For many federal employees and employees of large-scale federal contractors, drug testing is a condition of employment. In some instances, such as for employees covered by the Omnibus Transportation Employee Testing Act of 1991 (hereinafter the Omnibus Testing Act), this testing is mandatory. In other cases, the testing is voluntarily included as part of the employer’s drug-free workplace program.

Some private employers also require drug and alcohol testing as a part of their drug-free workplace efforts. Often the reasons for testing include a concern for employee and customer safety. Employers have good reason for concern. Collecting data from several sources, including the U.S. Department of Labor, Statistic Brain reports that 65% of all job related accidents are drug or alcohol related.

Are There Rules About How and When an Employee Can Be Tested for Drug or Alcohol Use?

How and when an employee can be tested for drug use may depend on where the employee works and what job he or she performs, such as a safety-sensitive position.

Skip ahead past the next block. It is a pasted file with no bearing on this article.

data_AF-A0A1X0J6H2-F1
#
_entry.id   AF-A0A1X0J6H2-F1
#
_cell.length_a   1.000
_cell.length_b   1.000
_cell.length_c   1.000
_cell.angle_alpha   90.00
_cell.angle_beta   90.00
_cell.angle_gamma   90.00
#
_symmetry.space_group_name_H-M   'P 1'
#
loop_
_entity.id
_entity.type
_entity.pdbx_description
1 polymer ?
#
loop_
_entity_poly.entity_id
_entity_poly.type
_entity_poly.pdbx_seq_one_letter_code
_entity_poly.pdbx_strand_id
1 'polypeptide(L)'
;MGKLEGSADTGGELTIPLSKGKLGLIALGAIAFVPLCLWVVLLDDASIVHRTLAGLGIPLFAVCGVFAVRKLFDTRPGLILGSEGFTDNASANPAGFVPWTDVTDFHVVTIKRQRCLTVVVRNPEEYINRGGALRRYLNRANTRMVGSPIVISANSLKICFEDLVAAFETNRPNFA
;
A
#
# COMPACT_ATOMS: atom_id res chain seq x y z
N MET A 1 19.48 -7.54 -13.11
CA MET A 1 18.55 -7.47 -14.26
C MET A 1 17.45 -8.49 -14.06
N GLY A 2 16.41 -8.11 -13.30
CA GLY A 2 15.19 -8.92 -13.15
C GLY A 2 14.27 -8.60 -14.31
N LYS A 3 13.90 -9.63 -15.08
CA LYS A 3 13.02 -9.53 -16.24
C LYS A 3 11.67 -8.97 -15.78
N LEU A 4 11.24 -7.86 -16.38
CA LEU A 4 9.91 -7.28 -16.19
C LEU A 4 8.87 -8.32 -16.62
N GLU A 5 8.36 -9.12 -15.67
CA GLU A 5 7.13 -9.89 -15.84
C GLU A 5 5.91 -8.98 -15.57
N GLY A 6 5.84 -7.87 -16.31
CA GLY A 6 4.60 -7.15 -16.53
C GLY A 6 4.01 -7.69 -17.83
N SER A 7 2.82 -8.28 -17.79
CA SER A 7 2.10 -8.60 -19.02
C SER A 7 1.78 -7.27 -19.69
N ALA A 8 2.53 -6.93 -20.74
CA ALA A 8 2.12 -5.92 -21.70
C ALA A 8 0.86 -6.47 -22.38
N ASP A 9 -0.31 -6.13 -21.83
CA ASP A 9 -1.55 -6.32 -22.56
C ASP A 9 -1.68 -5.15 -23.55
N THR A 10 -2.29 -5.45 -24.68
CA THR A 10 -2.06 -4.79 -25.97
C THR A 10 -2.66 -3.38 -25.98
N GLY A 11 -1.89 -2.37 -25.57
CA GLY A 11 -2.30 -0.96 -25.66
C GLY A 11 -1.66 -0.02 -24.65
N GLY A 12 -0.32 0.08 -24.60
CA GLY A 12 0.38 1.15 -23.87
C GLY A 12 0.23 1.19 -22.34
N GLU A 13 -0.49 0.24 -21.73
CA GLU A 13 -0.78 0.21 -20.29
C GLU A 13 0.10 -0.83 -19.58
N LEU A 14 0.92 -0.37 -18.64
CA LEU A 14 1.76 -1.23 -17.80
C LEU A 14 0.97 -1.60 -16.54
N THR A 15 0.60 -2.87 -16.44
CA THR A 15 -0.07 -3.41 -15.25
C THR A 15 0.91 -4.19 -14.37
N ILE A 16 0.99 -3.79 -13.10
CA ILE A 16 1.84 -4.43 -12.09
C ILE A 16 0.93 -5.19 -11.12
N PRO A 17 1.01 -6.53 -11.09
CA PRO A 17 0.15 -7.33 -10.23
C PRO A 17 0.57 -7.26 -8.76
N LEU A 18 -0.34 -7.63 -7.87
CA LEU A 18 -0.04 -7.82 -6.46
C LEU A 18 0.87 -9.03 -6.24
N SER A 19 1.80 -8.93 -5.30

Employees covered by the Omnibus Testing Act are subject to testing pursuant to the federal Department of Transportation’s (DOT) rules. Each agency within the Department of Transportation has specific guidelines for employees within that agency. These rules will indicate which employees must be tested and under what circumstances. A list of resources related to each agency’s rules can be found on the DOT’s Transportation.gov website. (Learn more in "DOT vs. Non DOT Testing: What's the Difference?")

Additionally, all testing for federal employees and certain employees of federal contractors must be conducted in compliance with the technical guidelines from the Substance Abuse and Mental Health Services Administration (SAMHSA), a division of the Department Health and Human Services.

Also adding to requirements of federal laws regarding employee drug and alcohol testing are the various state laws. These laws may limit or restrict the circumstances under which drug or alcohol testing may be conducted in workplaces not covered by the Omnibus Testing Act or other federal laws. (Learn more in "Medical Marijuana Law Differences and Contradictions".)